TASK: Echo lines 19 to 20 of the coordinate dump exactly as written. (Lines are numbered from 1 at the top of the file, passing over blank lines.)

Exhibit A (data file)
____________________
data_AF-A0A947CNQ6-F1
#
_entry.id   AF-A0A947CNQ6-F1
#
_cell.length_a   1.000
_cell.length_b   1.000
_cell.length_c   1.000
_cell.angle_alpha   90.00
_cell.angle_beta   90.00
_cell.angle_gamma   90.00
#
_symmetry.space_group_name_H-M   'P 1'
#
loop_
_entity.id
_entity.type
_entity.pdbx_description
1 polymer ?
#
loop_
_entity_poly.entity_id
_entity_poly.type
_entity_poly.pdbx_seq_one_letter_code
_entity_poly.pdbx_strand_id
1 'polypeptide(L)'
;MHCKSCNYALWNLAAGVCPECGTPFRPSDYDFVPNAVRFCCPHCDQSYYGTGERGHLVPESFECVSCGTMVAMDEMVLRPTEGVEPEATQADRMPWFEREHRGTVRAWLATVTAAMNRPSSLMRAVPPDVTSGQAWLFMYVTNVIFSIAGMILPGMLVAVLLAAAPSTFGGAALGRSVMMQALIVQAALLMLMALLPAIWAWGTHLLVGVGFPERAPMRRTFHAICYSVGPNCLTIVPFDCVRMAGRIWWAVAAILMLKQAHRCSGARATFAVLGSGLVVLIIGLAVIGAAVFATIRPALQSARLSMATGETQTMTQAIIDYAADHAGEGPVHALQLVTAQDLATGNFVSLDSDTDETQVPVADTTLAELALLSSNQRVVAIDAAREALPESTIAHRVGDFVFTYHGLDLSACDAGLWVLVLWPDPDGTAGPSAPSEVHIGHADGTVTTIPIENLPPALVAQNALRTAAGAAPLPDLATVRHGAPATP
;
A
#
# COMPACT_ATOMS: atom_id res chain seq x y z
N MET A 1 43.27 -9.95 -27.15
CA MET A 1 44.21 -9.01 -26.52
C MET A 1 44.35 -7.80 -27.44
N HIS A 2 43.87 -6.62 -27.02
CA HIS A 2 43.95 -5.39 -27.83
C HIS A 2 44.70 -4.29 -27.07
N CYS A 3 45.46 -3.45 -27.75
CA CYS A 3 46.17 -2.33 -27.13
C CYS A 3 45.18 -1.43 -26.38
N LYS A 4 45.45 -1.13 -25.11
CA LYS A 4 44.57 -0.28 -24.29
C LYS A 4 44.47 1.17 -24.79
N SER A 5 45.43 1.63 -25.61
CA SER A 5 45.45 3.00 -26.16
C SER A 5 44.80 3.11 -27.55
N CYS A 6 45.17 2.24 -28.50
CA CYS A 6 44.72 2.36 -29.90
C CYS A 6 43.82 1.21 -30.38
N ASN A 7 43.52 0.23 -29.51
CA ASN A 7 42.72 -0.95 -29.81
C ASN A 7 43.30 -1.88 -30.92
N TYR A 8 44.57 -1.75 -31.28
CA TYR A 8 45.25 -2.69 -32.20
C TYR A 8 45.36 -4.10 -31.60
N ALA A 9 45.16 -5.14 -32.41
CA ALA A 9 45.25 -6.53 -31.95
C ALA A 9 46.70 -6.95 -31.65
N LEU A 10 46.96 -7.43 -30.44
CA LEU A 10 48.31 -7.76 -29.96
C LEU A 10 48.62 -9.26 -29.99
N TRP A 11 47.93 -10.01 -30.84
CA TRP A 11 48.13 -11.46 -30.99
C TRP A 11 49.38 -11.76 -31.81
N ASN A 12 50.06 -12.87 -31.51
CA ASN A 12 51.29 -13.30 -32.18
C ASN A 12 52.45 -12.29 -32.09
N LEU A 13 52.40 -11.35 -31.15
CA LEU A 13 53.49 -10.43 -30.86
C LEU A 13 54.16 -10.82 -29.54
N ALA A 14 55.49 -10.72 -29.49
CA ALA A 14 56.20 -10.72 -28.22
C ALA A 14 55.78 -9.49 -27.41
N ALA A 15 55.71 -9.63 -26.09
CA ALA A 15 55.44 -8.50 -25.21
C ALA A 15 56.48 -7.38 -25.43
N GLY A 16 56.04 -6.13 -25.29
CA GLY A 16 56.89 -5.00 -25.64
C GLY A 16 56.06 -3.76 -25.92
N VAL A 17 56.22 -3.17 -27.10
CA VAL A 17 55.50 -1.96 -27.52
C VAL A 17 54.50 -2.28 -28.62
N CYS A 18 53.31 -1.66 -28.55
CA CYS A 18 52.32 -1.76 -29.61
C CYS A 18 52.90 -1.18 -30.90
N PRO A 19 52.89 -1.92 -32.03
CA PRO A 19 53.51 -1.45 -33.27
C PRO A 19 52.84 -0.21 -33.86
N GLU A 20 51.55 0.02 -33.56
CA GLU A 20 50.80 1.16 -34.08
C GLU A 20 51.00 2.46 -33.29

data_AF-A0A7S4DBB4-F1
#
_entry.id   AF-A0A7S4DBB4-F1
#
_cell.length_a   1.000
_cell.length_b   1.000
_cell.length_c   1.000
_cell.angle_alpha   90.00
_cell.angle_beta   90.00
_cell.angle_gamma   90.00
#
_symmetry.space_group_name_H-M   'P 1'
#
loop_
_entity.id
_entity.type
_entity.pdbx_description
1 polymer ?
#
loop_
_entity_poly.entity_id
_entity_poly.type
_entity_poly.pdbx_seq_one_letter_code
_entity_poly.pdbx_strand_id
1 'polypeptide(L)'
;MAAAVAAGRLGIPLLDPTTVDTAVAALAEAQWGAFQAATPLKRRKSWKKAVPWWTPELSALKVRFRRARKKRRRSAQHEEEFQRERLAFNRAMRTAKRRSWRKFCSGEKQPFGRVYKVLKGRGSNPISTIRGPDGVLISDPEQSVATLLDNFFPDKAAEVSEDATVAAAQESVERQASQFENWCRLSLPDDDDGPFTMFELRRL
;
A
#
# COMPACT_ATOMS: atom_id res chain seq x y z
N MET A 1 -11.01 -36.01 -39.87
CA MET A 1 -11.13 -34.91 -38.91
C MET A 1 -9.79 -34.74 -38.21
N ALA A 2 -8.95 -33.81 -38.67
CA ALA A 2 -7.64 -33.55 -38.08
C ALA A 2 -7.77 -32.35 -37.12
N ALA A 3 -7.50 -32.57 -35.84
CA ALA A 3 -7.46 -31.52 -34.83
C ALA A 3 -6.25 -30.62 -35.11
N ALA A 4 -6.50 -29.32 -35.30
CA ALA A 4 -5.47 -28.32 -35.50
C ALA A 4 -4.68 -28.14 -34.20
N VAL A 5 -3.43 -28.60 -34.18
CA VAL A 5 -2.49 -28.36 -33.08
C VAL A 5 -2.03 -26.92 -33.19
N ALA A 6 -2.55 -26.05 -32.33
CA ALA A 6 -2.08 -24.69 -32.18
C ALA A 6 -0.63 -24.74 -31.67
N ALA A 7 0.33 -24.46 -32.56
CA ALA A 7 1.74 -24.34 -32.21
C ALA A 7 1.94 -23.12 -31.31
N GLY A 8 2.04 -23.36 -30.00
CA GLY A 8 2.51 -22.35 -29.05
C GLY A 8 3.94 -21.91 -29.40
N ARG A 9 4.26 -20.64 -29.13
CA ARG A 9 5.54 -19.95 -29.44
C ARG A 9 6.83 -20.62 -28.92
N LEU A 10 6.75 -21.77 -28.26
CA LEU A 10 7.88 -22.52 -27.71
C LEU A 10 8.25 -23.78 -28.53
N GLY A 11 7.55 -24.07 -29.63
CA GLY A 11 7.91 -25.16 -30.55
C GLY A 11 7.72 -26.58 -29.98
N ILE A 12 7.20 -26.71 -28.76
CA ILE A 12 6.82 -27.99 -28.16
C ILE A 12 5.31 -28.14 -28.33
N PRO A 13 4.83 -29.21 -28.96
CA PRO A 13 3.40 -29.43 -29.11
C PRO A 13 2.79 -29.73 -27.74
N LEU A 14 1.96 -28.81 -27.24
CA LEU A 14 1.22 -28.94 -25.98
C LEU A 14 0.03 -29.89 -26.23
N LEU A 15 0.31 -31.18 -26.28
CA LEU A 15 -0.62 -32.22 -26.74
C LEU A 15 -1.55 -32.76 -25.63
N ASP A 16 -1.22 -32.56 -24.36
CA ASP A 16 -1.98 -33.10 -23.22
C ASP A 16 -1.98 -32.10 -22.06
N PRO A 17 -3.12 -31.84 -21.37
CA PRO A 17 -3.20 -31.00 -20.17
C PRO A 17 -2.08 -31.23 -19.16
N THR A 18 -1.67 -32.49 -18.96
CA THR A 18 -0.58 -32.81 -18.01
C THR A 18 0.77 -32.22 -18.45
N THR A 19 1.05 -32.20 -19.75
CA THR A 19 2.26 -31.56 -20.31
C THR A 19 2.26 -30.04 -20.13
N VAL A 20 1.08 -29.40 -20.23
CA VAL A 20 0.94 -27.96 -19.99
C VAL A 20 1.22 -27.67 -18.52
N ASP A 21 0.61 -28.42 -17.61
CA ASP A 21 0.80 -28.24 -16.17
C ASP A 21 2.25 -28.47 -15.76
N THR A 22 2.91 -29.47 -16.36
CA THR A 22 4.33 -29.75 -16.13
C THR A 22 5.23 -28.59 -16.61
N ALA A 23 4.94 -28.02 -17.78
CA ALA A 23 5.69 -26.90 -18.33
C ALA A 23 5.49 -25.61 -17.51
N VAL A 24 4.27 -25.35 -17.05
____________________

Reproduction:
#
loop_